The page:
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The cover up of the Australian SAS’s alleged crimes is shocking to say the least. Nonetheless, while the alleged crimes by the British SAS unit may have been covered up by senior figures in the UK Special Forces, it appears that there are others who want the truth to come out.

The former head of the British armed forces, General Lord Richards, said that he would order a thorough investigation into the alleged unlawful killings if he was still in charge. Lord Richards, who was the chief of the defence staff when the alleged killings occurred, said he was confident that the current chief Admiral Radakin would conduct an investigation.

However, even if a thorough investigation takes place, it is unlikely the UK government will be held accountable from a legal standpoint due to new time limits. Last year, a law was conveniently introduced that shields the UK government from compensation claims if the harm by operations overseas occurred more than six years ago.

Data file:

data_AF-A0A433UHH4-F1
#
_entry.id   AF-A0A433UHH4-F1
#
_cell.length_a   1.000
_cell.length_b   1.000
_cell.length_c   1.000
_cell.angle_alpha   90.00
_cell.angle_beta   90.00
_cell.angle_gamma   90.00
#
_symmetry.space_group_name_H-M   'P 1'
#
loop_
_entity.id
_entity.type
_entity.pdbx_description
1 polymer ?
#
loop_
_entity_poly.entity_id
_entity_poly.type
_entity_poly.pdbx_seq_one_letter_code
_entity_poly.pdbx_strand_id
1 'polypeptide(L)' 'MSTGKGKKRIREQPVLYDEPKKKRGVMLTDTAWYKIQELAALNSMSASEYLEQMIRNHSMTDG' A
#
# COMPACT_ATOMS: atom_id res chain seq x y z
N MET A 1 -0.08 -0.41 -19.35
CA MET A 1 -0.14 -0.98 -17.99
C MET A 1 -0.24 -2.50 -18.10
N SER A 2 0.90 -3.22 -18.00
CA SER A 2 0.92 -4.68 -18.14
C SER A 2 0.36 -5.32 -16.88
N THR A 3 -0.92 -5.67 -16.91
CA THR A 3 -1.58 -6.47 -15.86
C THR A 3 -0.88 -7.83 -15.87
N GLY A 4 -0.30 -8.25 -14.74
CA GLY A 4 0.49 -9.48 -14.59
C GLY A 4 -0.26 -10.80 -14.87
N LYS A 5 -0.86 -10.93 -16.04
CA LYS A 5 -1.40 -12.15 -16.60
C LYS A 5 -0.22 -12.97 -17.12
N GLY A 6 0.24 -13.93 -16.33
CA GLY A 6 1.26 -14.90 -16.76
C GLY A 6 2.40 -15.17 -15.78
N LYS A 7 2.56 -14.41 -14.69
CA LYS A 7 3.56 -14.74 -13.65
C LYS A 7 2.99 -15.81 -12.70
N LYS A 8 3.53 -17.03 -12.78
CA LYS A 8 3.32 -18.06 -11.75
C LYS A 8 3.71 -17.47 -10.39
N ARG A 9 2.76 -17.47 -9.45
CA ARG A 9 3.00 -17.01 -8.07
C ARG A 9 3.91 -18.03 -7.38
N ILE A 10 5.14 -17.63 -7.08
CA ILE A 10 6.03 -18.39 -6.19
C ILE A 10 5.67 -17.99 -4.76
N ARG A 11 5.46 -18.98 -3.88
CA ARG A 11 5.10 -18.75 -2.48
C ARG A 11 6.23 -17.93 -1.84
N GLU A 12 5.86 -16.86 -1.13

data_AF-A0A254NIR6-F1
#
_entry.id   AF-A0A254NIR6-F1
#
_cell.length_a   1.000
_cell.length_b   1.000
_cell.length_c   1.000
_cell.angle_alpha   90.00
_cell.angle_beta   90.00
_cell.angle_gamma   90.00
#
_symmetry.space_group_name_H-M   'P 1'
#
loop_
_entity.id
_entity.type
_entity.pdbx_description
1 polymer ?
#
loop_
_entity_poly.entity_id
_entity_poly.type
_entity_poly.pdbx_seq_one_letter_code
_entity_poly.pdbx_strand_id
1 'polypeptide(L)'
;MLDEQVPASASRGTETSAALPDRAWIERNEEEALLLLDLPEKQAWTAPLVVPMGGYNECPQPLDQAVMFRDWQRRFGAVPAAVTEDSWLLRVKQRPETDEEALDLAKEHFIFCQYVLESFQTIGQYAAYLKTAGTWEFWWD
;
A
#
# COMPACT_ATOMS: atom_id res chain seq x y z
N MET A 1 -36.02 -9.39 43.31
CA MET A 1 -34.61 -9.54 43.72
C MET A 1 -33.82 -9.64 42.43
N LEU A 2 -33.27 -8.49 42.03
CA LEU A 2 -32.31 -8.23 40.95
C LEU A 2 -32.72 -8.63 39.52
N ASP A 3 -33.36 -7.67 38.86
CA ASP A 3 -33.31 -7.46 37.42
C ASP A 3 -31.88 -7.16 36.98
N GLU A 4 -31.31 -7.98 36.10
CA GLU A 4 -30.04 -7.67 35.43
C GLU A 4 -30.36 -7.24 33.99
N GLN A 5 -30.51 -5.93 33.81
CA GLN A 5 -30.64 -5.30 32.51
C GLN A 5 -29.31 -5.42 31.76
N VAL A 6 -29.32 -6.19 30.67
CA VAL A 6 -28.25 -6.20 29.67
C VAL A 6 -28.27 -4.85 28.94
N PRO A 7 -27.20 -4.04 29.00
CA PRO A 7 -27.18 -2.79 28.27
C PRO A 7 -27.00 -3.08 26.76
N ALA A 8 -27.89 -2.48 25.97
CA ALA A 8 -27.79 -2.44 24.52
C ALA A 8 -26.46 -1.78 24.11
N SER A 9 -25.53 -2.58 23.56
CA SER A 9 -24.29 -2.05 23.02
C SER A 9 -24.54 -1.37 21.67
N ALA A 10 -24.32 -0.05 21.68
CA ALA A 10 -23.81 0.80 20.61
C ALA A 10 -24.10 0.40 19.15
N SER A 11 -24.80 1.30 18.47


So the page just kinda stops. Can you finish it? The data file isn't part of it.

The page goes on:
The West is no stranger to these brutal acts of genocide overseas. One only needs to take a look at America’s war crimes in Vietnam and Iraq, Australia’s war crimes in Afghanistan and now these shocking crimes by the UK in Afghanistan to come to that conclusion.

Is this a sign that war crimes committed by the West are becoming too widespread? Too normalised?

How can the victim’s families rest easy knowing that the soldiers who killed their loved ones in cold blood are being hailed as heroes back home?

About Nour Ahmad 13 Articles
Nour Ahmad is a journalist with True Crime News Weekly. She is a journalism graduate from Macleay College, and recently reported on the 2022 Budget for Dynamic Business. She is interested in politics, local issues, true crime and popular culture.

1 Comment

  1. Since when has the Australian Army been in the business of running death squads carrying out extra-judicial murders? About time the politicians and senior military officers responsible are held to account